Few health issues are as irritating (figuratively and literally) as yeast infections. However, they are extremely common—nearly 75 percent of women experience at least one in their lifetime. While yeast infections most often affect the vaginal area, they can also develop in other areas of the body, such as the throat, mouth, or gut (where the Candida fungus that causes such infections naturally occurs).
"Yeast infection is caused by an organism called Candida, and the most common species is albicans," explains Adeeti Gupta, MD, founder of Walk In GYN Care. "There are other species also, such as Candida glabrata." A yeast infection can trigger a range of symptoms, including itchiness, soreness, inflammation, and general discomfort. We've rounded up eight home remedies to soothe yeast infections—including ingredients you can add to a bath or some you can add to your diet.
Below, we speak to Gupta and osteopathic physician Eden Fromberg, DO, of Holistic Gynecology New York, for their at-home yeast infection remedies. Please note: While the natural remedies may help alleviate symptoms, they shouldn't be considered cure-alls. Always consult a doctor for the best solutions based on your health needs and note that a yeast infection could be indicative of a larger problem. It's also important, Fromberg notes, to ensure you and your partner get tested for sexually transmitted diseases and use protection, as exposure to semen and friction during sex can also lead to yeast infections.
Meet the Expert
• Eden Fromberg, DO, is a board-certified obstetrician/gynecologist and the founder and director of Holistic Gynecology New York.
• Adeeti Gupta, MD, is a board-certified obstetrician/gynecologist practicing in New York. She is an expert in incontinence, pelvic prolapse, and laparoscopic gynecological surgeries.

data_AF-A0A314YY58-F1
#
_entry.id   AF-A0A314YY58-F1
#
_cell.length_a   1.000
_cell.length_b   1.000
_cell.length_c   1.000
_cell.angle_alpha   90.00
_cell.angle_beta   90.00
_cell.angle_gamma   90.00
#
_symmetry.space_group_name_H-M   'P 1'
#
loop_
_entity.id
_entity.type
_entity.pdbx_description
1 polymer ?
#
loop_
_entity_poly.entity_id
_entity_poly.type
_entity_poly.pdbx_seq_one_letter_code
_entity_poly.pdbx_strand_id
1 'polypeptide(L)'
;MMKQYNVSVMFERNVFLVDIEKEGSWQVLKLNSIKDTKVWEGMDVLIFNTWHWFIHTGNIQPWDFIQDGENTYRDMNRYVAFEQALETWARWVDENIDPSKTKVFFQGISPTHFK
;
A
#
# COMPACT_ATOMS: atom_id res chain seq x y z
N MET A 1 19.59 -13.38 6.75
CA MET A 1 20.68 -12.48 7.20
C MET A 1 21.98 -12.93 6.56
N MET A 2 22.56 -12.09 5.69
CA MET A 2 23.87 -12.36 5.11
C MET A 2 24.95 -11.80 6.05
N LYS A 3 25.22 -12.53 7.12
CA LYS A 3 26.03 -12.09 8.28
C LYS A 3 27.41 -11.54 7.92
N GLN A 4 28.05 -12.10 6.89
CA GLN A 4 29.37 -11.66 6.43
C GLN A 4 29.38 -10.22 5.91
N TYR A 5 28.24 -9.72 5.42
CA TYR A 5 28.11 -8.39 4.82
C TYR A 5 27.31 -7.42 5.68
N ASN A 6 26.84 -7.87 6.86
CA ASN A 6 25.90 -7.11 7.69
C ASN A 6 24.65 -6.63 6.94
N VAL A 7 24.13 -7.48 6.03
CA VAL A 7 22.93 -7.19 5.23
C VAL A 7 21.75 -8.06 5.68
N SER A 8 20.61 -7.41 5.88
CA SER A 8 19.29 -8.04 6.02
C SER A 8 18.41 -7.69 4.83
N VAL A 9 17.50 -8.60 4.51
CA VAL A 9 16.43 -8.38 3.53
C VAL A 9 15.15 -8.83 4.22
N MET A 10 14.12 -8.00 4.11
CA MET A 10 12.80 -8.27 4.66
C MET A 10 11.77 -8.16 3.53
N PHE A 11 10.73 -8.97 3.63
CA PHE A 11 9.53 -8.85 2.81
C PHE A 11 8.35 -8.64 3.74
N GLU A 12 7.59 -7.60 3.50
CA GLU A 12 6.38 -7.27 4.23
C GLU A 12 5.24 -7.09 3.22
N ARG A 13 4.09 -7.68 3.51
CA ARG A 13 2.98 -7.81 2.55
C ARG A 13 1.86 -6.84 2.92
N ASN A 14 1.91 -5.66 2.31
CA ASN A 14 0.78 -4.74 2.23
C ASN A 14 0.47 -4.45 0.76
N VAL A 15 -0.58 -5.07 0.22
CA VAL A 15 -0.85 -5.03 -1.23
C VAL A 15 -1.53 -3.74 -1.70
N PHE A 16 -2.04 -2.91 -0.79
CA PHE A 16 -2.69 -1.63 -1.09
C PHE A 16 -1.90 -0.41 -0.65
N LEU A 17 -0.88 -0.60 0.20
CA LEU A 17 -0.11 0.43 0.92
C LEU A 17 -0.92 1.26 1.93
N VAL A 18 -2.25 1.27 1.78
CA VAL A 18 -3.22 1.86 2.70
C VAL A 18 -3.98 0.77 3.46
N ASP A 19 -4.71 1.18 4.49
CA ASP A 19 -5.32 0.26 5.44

Eat Fewer Carbs
Frequent yeast infections could be a sign of a poor diet, says Fromberg. "Yeast infections are caused by disruptions in the vaginal microbiome (mix of normal and pathogenic microorganisms)." As she explains, these disruptions could be attributed to a high-sugar diet or one "low in vegetables and fiber, which contain oligosaccharides that feed healthy flora and discourage yeast."
"The best natural remedy is to help promote and maintain vaginal health by keeping an optimal pH, which can be done best by consuming good probiotics and antioxidants, having a low-sugar and low-carb diet, and maintaining a healthy vagina regimen," says Gupta.
Eat Yogurt for the Good Bacteria
Plain, unsweetened, and unflavored yogurt can work wonders when it comes to addressing yeast infections. Yogurt contains a bacterial strain called lactobacillus acidophilus, which helps curb the infection. As noted above, doctors don't recommend applying directly to the affected area, but you might consider adding yogurt to your diet, as it can help regulate the body internally via probiotics: "Oral probiotics may help to positively influence the gut and therefore vaginal microbiomes," says Fromberg.
Add Apple Cider Vinegar to Your Daily Routine